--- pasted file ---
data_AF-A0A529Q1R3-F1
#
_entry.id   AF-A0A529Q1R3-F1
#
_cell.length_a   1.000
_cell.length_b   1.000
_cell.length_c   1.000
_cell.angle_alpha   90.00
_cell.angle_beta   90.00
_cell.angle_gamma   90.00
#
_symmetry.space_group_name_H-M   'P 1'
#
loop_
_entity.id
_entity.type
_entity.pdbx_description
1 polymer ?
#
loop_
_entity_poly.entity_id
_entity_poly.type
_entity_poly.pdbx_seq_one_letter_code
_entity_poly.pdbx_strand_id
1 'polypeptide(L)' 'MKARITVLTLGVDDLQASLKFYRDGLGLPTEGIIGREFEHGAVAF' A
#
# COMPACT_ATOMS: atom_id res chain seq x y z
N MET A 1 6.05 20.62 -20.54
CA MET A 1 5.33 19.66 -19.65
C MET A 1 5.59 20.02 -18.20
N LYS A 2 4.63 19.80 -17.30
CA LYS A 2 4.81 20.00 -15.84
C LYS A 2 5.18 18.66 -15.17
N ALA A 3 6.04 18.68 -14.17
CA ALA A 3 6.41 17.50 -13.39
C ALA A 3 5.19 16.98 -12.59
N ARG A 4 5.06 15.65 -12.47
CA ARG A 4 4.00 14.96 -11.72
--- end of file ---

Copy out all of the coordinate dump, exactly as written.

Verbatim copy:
data_AF-A0A529Q1R3-F1
#
_entry.id   AF-A0A529Q1R3-F1
#
_cell.length_a   1.000
_cell.length_b   1.000
_cell.length_c   1.000
_cell.angle_alpha   90.00
_cell.angle_beta   90.00
_cell.angle_gamma   90.00
#
_symmetry.space_group_name_H-M   'P 1'
#
loop_
_entity.id
_entity.type
_entity.pdbx_description
1 polymer ?
#
loop_
_entity_poly.entity_id
_entity_poly.type
_entity_poly.pdbx_seq_one_letter_code
_entity_poly.pdbx_strand_id
1 'polypeptide(L)' 'MKARITVLTLGVDDLQASLKFYRDGLGLPTEGIIGREFEHGAVAF' A
#
# COMPACT_ATOMS: atom_id res chain seq x y z
N MET A 1 6.05 20.62 -20.54
CA MET A 1 5.33 19.66 -19.65
C MET A 1 5.59 20.02 -18.20
N LYS A 2 4.63 19.80 -17.30
CA LYS A 2 4.81 20.00 -15.84
C LYS A 2 5.18 18.66 -15.17
N ALA A 3 6.04 18.68 -14.17
CA ALA A 3 6.41 17.50 -13.39
C ALA A 3 5.19 16.98 -12.59
N ARG A 4 5.06 15.65 -12.47
CA ARG A 4 4.00 14.96 -11.72